Cardiff Blues head off on the second and final Italian job of the season with a trip to Benetton Treviso on Friday night. After three successive Pro12 losses the early season form seems a distant memory but, with the Pro12 taking an Autumn break for the Anglo-Welsh Cup, a win could well be pivotal in revitalising our season before the Christmas period.
That’s easier said than done down in Southern Europe for Cardiff though as, especially in Treviso, there is precedent for losing. It’s now over four and a half years, and four straight losses, since the last win against Benetton in March 2012 making them our official bogey side.
The record in Italy generally isn’t fantastic, two defeats last season in the away games essentially cost us a top six finish, however that trend was bucked away at Zebre last month thanks to the 21-23 win. A scrappy victory, but a potentially very important one in terms of psychologically lifting the mental block that was winning in Italy.
Treviso this season have struggled once again in both the Pro12 and Europe, sitting bottom of the table in both competitions. They are currently on just one win and six losses in the league, with none of those losses yielding a losing bonus point and the win coming at home to Newport. Meanwhile in the Challenge Cup two heavy defeats at the hands of Edinburgh and La Rochelle leave them with -60 points difference and no points.
None of this makes it easier for Cardiff though, who handed Treviso their first win of 2015/16 in February, that’s five months of losses before this exact fixture last season. At the same time we’ve now had a month of pretty under-par performances. Heavy derby defeats against Ospreys and Scarlets have painted the picture of where we’re at as a side, Europeans wins against Bristol and Pau only masking the truth for a few weeks.
What’s been going wrong? Well quite simply we seem to have forgotten how to play. Early season we had go-forward ball, moved it quickly and simply out-wide, and consistently made good ground. There was also a willingness to run support lines and offload which, when you consider we made 10 less line breaks at home to Llanelli than we did away in Munster, has very much gone missing.
In defence there has also been a lowering of standards as we conceded 116 more metres last week than in Ireland, a quite shocking stat to underline where we’re going wrong. It feels, from my view on the terraces, that we have become too interested in trying to counter the tactics of the opposition rather than trying to play our own game.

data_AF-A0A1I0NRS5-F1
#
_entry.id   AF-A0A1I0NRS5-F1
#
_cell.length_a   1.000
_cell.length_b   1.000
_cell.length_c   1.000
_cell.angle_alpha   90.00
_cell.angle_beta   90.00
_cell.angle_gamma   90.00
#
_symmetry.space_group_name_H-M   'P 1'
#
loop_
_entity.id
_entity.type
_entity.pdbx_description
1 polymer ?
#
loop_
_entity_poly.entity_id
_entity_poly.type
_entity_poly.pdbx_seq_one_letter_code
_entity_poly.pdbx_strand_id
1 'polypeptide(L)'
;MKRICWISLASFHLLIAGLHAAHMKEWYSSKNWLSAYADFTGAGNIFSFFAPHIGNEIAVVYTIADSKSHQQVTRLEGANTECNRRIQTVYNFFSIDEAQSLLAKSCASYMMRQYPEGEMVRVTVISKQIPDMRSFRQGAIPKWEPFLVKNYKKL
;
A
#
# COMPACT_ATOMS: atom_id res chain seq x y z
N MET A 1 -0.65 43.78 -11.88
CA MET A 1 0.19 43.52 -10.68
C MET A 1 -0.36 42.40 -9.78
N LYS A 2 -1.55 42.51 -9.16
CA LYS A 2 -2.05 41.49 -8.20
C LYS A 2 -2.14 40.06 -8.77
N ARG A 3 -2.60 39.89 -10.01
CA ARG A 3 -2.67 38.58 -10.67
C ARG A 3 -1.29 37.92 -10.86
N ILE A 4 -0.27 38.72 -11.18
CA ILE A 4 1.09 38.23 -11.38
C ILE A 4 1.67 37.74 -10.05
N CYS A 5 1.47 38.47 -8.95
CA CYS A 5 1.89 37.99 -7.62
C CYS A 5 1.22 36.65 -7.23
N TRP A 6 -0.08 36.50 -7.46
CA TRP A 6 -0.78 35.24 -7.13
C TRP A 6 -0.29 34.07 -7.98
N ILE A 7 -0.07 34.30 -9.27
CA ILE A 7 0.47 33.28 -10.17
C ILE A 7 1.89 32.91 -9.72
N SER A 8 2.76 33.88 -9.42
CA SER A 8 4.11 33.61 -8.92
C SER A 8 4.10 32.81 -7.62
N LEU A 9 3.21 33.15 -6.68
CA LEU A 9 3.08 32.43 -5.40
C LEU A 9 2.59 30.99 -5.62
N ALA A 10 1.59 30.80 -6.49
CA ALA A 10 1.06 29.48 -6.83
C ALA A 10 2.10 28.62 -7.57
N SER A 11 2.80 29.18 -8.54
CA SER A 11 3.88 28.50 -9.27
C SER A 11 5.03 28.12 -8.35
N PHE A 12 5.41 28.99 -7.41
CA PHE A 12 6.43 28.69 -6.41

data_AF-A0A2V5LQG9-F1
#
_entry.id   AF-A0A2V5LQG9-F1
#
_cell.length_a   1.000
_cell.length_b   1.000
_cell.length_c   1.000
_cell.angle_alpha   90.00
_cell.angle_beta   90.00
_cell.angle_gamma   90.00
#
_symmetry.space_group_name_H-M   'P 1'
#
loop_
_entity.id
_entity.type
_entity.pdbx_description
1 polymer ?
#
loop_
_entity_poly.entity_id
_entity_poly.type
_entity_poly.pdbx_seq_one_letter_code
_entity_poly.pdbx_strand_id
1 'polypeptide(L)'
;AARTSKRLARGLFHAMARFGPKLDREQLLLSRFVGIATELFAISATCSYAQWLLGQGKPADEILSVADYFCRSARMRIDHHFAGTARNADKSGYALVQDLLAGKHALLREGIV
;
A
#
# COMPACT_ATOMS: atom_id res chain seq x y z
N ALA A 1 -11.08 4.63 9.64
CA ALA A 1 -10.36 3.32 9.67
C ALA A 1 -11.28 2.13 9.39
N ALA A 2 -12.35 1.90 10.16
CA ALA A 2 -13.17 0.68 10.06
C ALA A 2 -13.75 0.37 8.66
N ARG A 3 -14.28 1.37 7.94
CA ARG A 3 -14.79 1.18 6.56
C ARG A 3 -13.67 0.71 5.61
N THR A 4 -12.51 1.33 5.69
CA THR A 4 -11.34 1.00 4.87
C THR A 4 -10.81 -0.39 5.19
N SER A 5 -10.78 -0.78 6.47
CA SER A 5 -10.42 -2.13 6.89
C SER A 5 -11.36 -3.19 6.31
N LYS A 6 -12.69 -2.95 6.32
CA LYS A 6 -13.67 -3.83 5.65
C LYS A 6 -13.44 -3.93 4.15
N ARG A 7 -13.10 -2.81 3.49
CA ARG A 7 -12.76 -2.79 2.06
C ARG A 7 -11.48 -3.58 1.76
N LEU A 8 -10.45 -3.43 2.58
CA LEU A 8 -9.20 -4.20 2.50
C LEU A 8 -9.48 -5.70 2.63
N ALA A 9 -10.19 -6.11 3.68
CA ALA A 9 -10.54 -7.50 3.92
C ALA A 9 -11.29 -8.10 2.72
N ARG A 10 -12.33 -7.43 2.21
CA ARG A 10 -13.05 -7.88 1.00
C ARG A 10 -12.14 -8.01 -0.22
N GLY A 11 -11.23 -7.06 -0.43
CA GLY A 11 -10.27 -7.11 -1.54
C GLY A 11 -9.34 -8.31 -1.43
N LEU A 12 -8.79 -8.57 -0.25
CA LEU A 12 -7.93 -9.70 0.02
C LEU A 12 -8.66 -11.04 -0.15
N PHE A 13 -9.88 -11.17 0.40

As such there has been a lot of talk this week about picking a side to beat Treviso up front and generally turn the table on the home side by bullying them. However we’ve tried that over the last few years and the results have been a string of penalties where we’re trying too hard to compete, especially at the breakdown, allowing full-back Jayden Hayward the chance to score 26 points off the tee in the last four games, and he only played in three!
Danny Wilson has largely resisted the urge to pack the side with heavies and been boosted by the return of seven players from the Team Wales setup after last week’s player release debacle. Scott Andrews, Sam Warburton and Ellis Jenkins are all drafted in to the forwards to join Rhys Gill, while Jarrad Hoeata is preferred to James Down, Matthew Rees to Kirby Myhill and Macauley Cook switched to number eight.
In the backs we see Lloyd Williams and Rhun Williams, making his debut, included from the national side alongside Willis Halaholo, also set to appear for the first time. Matthew Morgan keeps his place after a disappointing performance last week to complete an attacking backline, with particular eyes being kept on the two former Hurricanes in the centres.
The bench has a youthful feel to it, with Brad Thyer, Dillon Lewis, Tomos Williams and Jarrod Evans not long graduated from the academy set up that Seb Davies is still a part of, only Kris Dacey, James Down and Dan Fish being seen as senior members of the squad but all are capable of adding to our attacking prowess should they get the chance.
Treviso team vs Cardiff: Jayden Hayward, Michael Tagicakibau, Tommaso Benvenuti, Alberto Sgarbi (c), Angelo Esposito, Ian McKinley, Tito Tebaldi; Marco Barbini, Abraham Steyn, Marco Lazzaroni, Dean Budd, Filippo Gerosa, Simone Ferrari, Luca Bigi, Nicola Quaglio
Replacements: Ornel Gega, Alberto De Marchi, Cherif Traore, Marco Fuser, Francesco Minto, Edoardo Gori, Tommaso Allan, Luke McLean
Cardiff teams vs Treviso: Matthew Morgan, Blaine Scully, Rey Lee-Lo, Willis Halaholo, Rhun Williams, Steve Shingler, Lloyd Williams; Rhys Gill, Matthew Rees (c), Scott Andrews, George Earle, Jarrad Hoeata, Sam Warburton, Ellis Jenkins, Macauley Cook
Replacements: Kris Dacey, Brad Thyer, Dillon Lewis, James Down, Seb Davies, Tomos Williams, Jarrod Evans, Dan Fish
I’ve not mentioned the Treviso side because this week isn’t about them, it’s about Cardiff playing the Cardiff way. Forget what the opposition are doing, it matters not, let’s play rugby how we want. Win the one-on-one battles, make ground when carrying and do the basics well, you won’t go far wrong.
There will be peaks and troughs throughout the season of course, the measure of the team is how they react to when times are tough and I think we saw in periods of the early season that there is a character to this team and an ability to step it up when required. I retain the faith in these players and fancy a big win tomorrow, come on Cardiff!!!
Cardiff form: LLWWL
Treviso form: LLLLL
Cardiff top try scorer: Tom James (6)
Treviso top try scorers: Marco Fuser, Tommaso Benevuti (2)
Cardiff top points scorer: Gareth Anscombe (56)
Treviso top points scorer: Tommaso Allan (28)
Ian Davies (WRU) – So he’s not impartial in terms of country but at least he’s refereed more than 15 games! Refereed our win out in Munster back in September, so at least some hope to cling on to!